In a meeting that at times pitted neighbor against neighbor, the Mobile City Council’s public safety committee heard from residents in favor and against closing public streets with security gates.
Twenty-one speakers from a number of neighborhoods across the city voiced their opinions on the issue today, as committee members assured those in attendance that councilors were far from making a final decision.
“We had an opportunity and I’m really glad we took it,” Councilwoman Bess Rich, committee chairwoman said. “I don’t believe the committee will make any recommendation at this point. It’s too early in the process.”
The issue of allowing neighborhoods to install security gates or fences to block access to cut-through traffic has been bubbling up locally for the past few years. Many of the most recent issues remain unresolved, which was partly what prompted the meeting. However, the issue that might have begun the debate — a request to close off a portion of Montclaire Way in the Airmont subdivision — was just given the green light to proceed by the state’s Supreme Court.
Residents were on both sides of the issue, but each side was concerned about safety. For proponents, gates could be used to prevent “dangerous” cut-through traffic. For opponents, gates could prevent emergency vehicles from quickly accessing homes.
Robin Roberts, of Audabon Square, spoke in favor of blocking off cut-through traffic in his neighborhood to curb access to Girby Road. He told councilors drivers treat the street he lives on like a “race track.”
“It’s dangerous coming in and out of my driveway,” he said.
Sharon Sokol, on the other hand, spoke against a similar request by neighbors in the Ridgefield subdivision to block off a portion of East Drive over emergency concerns.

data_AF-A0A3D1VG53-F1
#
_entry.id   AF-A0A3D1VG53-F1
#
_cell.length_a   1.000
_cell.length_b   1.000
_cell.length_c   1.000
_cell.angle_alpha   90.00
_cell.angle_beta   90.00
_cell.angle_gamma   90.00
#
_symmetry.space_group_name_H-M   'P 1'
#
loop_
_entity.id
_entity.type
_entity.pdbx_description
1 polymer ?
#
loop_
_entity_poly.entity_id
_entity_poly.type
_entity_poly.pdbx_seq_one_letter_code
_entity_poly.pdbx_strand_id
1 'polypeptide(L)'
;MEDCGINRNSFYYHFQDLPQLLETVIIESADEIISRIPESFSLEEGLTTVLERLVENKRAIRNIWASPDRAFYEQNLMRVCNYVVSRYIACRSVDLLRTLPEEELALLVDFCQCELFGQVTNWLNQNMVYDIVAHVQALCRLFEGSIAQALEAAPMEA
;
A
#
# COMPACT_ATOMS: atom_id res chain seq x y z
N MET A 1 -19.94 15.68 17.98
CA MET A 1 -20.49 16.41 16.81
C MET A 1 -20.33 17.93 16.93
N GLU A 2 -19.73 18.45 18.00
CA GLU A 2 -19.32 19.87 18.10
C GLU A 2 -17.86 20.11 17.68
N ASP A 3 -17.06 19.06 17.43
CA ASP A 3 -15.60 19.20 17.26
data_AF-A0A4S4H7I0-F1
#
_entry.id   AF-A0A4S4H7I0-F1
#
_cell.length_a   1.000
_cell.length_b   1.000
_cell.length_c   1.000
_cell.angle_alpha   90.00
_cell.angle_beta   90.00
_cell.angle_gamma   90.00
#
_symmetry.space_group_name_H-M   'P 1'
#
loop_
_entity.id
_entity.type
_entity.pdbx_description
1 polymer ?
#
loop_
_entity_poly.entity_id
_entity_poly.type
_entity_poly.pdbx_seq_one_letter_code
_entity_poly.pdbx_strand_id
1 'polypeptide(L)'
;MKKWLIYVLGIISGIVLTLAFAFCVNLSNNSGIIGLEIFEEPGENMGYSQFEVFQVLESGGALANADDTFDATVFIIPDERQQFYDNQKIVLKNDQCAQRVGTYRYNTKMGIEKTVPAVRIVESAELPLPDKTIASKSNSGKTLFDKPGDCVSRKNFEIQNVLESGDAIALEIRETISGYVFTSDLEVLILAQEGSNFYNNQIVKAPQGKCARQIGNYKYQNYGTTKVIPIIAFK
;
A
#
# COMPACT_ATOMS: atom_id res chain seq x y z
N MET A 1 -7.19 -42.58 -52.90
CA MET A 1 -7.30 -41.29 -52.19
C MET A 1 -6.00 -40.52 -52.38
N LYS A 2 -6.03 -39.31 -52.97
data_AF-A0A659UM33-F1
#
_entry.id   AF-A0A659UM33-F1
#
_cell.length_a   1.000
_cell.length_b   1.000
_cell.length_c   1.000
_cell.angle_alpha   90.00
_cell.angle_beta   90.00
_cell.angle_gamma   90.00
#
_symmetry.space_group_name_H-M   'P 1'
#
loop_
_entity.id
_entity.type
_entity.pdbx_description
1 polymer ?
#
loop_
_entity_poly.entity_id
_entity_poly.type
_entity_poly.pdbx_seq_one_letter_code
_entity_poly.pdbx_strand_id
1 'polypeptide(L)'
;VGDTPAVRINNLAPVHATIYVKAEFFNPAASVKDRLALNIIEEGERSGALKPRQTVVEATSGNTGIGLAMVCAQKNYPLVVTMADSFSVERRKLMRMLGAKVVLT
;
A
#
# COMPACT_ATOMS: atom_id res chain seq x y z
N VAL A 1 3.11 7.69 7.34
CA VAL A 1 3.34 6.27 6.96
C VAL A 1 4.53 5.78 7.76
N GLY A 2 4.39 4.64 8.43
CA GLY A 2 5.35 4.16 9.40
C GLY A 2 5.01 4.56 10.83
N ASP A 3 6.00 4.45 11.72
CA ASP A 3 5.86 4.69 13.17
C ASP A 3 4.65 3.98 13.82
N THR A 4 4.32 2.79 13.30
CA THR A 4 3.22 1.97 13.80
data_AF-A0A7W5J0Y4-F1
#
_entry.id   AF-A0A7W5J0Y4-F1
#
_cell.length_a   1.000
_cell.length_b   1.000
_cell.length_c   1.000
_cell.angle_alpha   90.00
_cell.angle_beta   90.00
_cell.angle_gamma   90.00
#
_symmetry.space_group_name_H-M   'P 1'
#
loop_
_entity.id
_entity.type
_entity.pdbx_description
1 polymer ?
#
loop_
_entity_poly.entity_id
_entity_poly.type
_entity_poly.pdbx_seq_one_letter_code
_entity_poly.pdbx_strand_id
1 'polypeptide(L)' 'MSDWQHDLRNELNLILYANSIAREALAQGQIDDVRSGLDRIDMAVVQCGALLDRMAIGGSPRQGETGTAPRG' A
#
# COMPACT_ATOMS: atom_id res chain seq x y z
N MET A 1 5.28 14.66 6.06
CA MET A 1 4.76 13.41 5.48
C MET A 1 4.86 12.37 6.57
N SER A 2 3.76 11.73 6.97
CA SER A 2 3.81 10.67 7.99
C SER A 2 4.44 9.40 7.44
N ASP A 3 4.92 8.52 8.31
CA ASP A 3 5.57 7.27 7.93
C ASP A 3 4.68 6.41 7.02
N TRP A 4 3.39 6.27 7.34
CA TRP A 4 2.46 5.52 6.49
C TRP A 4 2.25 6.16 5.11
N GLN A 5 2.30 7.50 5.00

“Please do not block East Drive,” she told councilors. “We need two exits for safety.”
Also discussed was an ongoing issue involving the request of the Regency Oaks Homeowners Association to block off a portion of Andover Boulevard. Cortez Drive resident Tessie Alberto said the issue concerned her because “everyone’s so into fighting” about it. She said she hoped there would be resolution to it without having to close the street.
Robert Matthews, of Regency Oaks Drive, said the streets in the Regency Oaks neighborhood weren’t built for cut-through traffic. Matthews said proponents of the vehicular blockade hope to be able to construct a small planter that would keep cars out and allow pedestrians and bicyclists.
Representatives from other neighborhoods also spoke at the meeting. A small group of neighbors spoke in favor of placing a gate at one of the entrances to the Rosswood neighborhood. Charles Johnson, of Oaknoll Circle, also spoke in favor of placing a gate there in order to prevent cut throughs from Mobile Infirmary.
Michelle Adams, of Ridgefield Place, argued that there’s more to the issue for proponents than just traffic and safety concerns. She said it’s an issue of “equity, influence and financial exclusion.”
“When individual neighborhoods speak of closures,” she said. “What does that do to the rest of us? When you start closing off neighborhoods, what stops you from closing them all off.”
Her husband, John Adams, asked councilors to keep this in mind and come up with a set of standards for this issue that would prevent unequal access to city officials.